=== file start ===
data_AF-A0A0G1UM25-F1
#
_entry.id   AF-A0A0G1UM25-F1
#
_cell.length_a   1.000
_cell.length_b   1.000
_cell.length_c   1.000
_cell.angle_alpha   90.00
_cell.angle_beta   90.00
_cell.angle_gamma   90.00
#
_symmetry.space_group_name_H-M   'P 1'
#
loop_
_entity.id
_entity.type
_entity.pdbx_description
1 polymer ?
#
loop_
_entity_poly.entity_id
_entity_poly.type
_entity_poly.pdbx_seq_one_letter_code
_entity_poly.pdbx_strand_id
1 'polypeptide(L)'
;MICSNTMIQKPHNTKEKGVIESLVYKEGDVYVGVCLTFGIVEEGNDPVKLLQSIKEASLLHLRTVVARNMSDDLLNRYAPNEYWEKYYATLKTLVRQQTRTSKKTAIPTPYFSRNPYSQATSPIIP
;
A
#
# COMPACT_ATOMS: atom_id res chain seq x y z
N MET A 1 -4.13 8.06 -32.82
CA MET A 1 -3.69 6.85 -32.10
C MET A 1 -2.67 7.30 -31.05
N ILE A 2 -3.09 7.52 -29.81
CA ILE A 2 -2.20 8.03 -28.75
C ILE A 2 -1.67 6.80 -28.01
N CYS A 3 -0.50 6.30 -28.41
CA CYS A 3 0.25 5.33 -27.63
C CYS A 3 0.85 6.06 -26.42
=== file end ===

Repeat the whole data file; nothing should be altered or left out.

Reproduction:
data_AF-A0A0G1UM25-F1
#
_entry.id   AF-A0A0G1UM25-F1
#
_cell.length_a   1.000
_cell.length_b   1.000
_cell.length_c   1.000
_cell.angle_alpha   90.00
_cell.angle_beta   90.00
_cell.angle_gamma   90.00
#
_symmetry.space_group_name_H-M   'P 1'
#
loop_
_entity.id
_entity.type
_entity.pdbx_description
1 polymer ?
#
loop_
_entity_poly.entity_id
_entity_poly.type
_entity_poly.pdbx_seq_one_letter_code
_entity_poly.pdbx_strand_id
1 'polypeptide(L)'
;MICSNTMIQKPHNTKEKGVIESLVYKEGDVYVGVCLTFGIVEEGNDPVKLLQSIKEASLLHLRTVVARNMSDDLLNRYAPNEYWEKYYATLKTLVRQQTRTSKKTAIPTPYFSRNPYSQATSPIIP
;
A
#
# COMPACT_ATOMS: atom_id res chain seq x y z
N MET A 1 -4.13 8.06 -32.82
CA MET A 1 -3.69 6.85 -32.10
C MET A 1 -2.67 7.30 -31.05
N ILE A 2 -3.09 7.52 -29.81
CA ILE A 2 -2.20 8.03 -28.75
C ILE A 2 -1.67 6.80 -28.01
N CYS A 3 -0.50 6.30 -28.41
CA CYS A 3 0.25 5.33 -27.63
C CYS A 3 0.85 6.06 -26.42